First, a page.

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How to take care of your skin in quarantine

News Desk

The Jakarta Post

Jakarta  /  Wed, April 15, 2020  /  12:34 pm
How to take care of your skin in quarantine

There are chances you are exposed to less harsh sun and use less makeup--or even no makeup at all, which is good for your skin. However, you might also expose yourself to more air conditioning, eat less healthy food and consume more alcoholic beverages to cope with the quarantine blues. (Shutterstock/metamorworks)

With the increasing amount of time spent at home amid the coronavirus pandemic, your body is now adjusting to a new routine.

Your skin, the largest organ in your body, might also have a hard time figuring out what is happening and freak out in one way or another.

There are chances you are exposed to less harsh sun and use less makeup--or even no makeup at all, which is good for your skin. However, you might also expose yourself to more air conditioning, eat less healthy food and consume more alcoholic beverages to cope with the quarantine blues.

Heather D. Rogers, owner of Modern Dermatology in Seattle, in the United States, said that you need to take care of your whole self to keep your skin healthy and glowing in quarantine. “Your skin is a reflection of your overall health,” she said to huffingtonpost.co.uk.

Take a look at the list below of ways to take care of your skin amid the pandemic.

Get enough sleep

Sleeping is imperative for your overall healthy life. According to Sleepfoundation.org, healthy sleeping behavior includes falling asleep easily within 15-20 minutes of lying down to sleep; regularly sleeping for a total of seven to nine hours in a 24-hour period; having continuous sleep and not having long periods of lying awake when you wish to be sleeping; and waking up feeling fresh and alert.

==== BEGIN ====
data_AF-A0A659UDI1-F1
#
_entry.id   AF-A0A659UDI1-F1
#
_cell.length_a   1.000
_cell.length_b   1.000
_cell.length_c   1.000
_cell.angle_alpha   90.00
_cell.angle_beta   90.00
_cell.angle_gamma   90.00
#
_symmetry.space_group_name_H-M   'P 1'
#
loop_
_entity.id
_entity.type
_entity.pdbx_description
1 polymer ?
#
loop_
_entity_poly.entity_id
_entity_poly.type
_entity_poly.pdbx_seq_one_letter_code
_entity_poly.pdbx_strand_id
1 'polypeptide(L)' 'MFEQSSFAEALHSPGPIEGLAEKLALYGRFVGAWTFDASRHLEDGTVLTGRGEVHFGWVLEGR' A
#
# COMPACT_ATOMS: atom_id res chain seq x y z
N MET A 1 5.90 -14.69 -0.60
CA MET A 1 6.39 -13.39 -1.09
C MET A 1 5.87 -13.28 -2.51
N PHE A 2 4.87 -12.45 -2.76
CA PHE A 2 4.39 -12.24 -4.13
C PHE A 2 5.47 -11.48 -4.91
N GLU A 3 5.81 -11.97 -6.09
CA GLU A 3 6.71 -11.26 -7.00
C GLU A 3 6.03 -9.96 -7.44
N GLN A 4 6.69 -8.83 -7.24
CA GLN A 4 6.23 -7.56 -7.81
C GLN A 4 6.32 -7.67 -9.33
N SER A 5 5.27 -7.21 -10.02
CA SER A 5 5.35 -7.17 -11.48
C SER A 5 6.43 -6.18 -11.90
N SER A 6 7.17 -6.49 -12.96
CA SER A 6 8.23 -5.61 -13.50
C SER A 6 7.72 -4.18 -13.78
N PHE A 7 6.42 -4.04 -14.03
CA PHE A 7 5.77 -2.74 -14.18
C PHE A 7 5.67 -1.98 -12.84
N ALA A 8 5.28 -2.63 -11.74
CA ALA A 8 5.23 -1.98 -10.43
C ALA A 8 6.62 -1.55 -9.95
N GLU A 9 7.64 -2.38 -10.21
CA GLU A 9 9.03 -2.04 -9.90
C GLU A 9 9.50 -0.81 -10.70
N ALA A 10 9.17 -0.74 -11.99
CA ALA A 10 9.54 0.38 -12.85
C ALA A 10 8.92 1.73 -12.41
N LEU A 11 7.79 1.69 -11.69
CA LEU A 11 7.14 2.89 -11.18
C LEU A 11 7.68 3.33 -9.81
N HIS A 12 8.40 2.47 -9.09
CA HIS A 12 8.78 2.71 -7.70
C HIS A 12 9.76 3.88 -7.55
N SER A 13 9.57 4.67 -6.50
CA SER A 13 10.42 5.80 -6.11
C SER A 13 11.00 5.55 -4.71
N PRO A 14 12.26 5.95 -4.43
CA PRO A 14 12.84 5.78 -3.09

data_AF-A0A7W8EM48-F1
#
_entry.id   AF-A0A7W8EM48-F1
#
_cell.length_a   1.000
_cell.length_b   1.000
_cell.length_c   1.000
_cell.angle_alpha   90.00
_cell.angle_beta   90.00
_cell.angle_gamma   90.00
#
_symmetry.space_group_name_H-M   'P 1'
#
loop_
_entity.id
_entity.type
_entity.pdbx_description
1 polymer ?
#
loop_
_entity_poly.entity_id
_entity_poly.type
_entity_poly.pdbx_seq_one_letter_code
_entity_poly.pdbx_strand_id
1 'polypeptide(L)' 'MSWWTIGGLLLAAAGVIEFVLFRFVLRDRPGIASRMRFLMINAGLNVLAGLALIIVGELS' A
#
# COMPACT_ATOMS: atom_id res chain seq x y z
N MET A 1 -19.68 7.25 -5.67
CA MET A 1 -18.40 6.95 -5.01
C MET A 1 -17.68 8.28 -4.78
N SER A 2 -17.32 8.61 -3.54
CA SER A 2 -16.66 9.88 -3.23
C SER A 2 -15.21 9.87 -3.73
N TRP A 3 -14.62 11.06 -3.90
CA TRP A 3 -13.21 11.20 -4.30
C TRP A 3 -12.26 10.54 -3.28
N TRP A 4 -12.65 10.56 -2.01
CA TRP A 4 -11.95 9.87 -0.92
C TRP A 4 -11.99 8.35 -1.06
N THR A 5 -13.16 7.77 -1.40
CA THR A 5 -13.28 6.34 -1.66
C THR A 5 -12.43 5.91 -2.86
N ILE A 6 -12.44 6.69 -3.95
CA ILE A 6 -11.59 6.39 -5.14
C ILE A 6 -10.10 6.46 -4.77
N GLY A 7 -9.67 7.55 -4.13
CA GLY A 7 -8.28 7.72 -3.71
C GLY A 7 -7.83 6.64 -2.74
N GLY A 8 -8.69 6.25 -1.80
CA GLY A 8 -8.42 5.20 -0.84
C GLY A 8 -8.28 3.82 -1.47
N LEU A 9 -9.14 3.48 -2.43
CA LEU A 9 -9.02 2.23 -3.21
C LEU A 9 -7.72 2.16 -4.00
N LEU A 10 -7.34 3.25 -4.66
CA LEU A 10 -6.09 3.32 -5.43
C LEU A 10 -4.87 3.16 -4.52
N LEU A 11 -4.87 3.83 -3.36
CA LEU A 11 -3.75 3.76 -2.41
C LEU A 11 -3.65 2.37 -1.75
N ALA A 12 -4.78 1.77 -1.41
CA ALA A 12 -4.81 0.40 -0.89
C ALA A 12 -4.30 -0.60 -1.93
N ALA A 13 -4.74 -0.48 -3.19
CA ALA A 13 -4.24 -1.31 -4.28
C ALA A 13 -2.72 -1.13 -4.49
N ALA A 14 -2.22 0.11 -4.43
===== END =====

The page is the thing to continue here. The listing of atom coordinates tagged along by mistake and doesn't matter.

If you don’t get enough sleep, your body will release more cortisol, the stress hormone that can cause acne or psoriasis.

Work out routinely

Working out will help your body to burn cortisone, which is a good way to reduce stress and help keep your skin clear.

However, remember to immediately take a shower after exercising.

“Please don’t sit around in your sweat, and wash your face,” dermatologist Nazanin Saedi told Huffingtonpost.

Read also: Indonesian beauty trends to look out for in 2020

Wear moisturizer

Saedi predicted that people would sit around in air-conditioned rooms more often than in pre-coronavirus times. This can cause your skin to be exposed to dry air for a longer time. She suggested using a humidifier in the room where you sit most often in the house.

“Also, try not to take too many long, hot showers as hot water sucks the moisture out of your skin,” she said.

Don’t go too far with skincare

You should brace yourself with an experimental skin care routine now that you have so much time on your hands. Use skin masks, peels and exfoliators only with caution.

“All of that exfoliating and peeling affects your skin’s acid mantle. You have good bacteria and bad bacteria. You don’t want to get rid of all your good stuff. If you overtreat, your pH levels go up and that can lead to skin problems,” Rogers said.

Also, Saedi said you should wash your face but not too much.

“If you over-wash, you are stripping the natural oils, so your skin will start producing more,” she said. According to Saedi, it is enough to wash your face only once or twice a day, and use benzoyl peroxide once a week.

Moisturize your hands

The number-one COVID-19 preventive measure is to wash your hands, so naturally by now you will be washing your hands more often than you used to. However, always remember to moisturize your hands after washing.

“All that washing and hand sanitizer dries out the skin,” Saedi said. She suggested hand lotions or petroleum jelly to avoid cracked and chapped hands.

With the lockdown being in effect, it might be harder to purchase your skincare supplies. However, you still can make your own skincare with things you may find in your kitchen.

Rogers suggested using coconut oil to help with eczema and blocked pores. She also recommended castor oil, which is a source of triglycerides, ricinoleic, and other fatty acids. Triglycerides help retain moisture in the skin while ricinoleic works as an anti-inflammatory agent.

Olive oil also helps with dry scalp and hair. “Sleep with some olive oil massaged into your scalp and it should help,” Rogers said. (gis/wng)

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